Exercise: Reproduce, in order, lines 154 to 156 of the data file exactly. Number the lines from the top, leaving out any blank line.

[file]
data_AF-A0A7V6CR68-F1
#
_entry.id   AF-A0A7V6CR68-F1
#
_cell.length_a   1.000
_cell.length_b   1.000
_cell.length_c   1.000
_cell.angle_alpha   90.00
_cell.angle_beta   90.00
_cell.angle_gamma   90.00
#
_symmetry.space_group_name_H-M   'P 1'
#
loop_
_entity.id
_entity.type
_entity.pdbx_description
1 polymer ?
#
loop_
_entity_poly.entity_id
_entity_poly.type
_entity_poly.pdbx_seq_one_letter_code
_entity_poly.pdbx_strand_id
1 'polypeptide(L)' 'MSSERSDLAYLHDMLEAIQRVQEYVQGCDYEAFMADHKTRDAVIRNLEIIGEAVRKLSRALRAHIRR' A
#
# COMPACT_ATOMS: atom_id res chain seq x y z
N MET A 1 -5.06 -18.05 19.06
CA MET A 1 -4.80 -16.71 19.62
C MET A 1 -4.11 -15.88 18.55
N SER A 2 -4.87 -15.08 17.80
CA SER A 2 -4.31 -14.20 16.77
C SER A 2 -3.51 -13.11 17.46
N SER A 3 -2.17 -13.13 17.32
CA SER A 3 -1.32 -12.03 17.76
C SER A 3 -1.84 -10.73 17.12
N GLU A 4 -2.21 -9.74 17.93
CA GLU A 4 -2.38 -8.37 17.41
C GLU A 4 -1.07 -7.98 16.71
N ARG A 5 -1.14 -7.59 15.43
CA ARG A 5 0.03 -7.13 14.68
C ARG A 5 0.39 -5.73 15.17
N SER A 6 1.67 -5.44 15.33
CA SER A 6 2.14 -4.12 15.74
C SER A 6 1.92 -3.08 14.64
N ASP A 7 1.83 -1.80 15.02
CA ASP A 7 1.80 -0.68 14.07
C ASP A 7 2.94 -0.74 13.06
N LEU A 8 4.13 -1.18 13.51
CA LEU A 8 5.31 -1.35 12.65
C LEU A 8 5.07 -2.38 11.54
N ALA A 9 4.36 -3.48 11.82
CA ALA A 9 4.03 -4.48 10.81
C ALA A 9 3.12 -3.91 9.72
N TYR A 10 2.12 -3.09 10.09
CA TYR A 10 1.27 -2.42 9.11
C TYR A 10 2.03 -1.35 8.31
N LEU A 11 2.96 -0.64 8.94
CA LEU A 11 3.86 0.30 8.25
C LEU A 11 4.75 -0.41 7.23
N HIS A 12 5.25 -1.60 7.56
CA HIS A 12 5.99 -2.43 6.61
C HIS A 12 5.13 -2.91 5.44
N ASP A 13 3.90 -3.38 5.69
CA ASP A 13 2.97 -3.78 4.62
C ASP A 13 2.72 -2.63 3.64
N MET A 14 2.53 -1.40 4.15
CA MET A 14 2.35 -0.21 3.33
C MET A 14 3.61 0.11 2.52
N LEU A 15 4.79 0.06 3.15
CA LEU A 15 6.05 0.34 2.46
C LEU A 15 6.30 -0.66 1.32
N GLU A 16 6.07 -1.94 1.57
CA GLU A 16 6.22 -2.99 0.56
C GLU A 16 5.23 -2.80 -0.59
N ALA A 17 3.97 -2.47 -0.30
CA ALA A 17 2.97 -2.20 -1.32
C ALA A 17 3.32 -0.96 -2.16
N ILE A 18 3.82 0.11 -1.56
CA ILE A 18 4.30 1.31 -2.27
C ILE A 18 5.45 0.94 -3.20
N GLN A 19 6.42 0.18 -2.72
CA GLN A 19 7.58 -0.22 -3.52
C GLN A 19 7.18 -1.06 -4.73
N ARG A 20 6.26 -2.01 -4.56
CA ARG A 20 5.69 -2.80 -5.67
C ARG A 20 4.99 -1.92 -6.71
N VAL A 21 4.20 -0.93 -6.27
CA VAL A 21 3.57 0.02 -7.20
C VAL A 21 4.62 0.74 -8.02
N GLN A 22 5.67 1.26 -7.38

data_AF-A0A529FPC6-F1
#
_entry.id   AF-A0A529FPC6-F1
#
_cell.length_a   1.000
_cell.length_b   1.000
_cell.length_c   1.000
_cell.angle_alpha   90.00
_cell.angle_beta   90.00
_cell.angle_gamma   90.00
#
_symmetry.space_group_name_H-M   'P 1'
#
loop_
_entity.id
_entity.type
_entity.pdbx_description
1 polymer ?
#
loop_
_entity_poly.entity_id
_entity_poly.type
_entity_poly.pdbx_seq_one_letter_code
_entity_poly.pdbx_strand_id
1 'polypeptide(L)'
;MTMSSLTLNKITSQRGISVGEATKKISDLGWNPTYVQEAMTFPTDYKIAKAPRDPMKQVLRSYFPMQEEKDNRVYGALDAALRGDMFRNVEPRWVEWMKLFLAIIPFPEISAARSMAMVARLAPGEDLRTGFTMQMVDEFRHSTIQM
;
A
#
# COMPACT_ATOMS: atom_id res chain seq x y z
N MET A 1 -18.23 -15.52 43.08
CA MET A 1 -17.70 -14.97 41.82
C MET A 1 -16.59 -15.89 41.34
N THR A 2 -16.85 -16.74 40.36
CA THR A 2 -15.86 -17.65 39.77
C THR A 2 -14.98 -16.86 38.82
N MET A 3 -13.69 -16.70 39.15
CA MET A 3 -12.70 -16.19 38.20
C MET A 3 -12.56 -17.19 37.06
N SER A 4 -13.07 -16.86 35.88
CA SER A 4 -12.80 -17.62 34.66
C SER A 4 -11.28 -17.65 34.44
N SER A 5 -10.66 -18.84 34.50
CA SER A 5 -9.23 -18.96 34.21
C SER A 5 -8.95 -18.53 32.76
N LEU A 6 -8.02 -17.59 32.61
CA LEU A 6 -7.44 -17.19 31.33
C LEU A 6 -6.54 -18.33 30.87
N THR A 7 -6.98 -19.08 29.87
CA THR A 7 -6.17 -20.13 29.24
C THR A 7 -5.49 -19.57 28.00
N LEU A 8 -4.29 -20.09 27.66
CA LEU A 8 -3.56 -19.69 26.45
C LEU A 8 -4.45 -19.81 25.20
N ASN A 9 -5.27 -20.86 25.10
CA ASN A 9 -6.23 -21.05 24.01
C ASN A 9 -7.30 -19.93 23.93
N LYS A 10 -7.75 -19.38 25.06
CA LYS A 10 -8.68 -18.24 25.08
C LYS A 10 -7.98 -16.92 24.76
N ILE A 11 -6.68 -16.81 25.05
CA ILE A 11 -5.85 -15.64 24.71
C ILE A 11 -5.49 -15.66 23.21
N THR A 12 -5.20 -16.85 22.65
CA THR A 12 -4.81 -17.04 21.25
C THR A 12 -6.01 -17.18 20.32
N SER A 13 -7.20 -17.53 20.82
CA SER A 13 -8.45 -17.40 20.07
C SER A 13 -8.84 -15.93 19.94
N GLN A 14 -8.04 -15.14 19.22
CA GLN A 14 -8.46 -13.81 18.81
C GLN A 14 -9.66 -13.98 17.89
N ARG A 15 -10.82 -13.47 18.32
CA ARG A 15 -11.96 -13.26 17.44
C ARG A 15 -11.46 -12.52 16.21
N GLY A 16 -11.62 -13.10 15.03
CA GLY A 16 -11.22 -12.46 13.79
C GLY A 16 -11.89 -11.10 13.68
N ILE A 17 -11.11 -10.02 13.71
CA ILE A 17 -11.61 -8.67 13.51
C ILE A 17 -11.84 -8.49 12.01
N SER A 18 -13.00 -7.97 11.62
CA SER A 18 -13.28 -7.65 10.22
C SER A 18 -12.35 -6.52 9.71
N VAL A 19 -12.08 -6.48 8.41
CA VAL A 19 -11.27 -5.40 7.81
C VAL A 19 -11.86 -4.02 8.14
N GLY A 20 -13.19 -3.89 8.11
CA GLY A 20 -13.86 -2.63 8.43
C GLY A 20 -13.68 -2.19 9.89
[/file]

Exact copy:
C ILE A 11 -5.49 -15.66 23.21
N THR A 12 -5.20 -16.85 22.65
CA THR A 12 -4.81 -17.04 21.25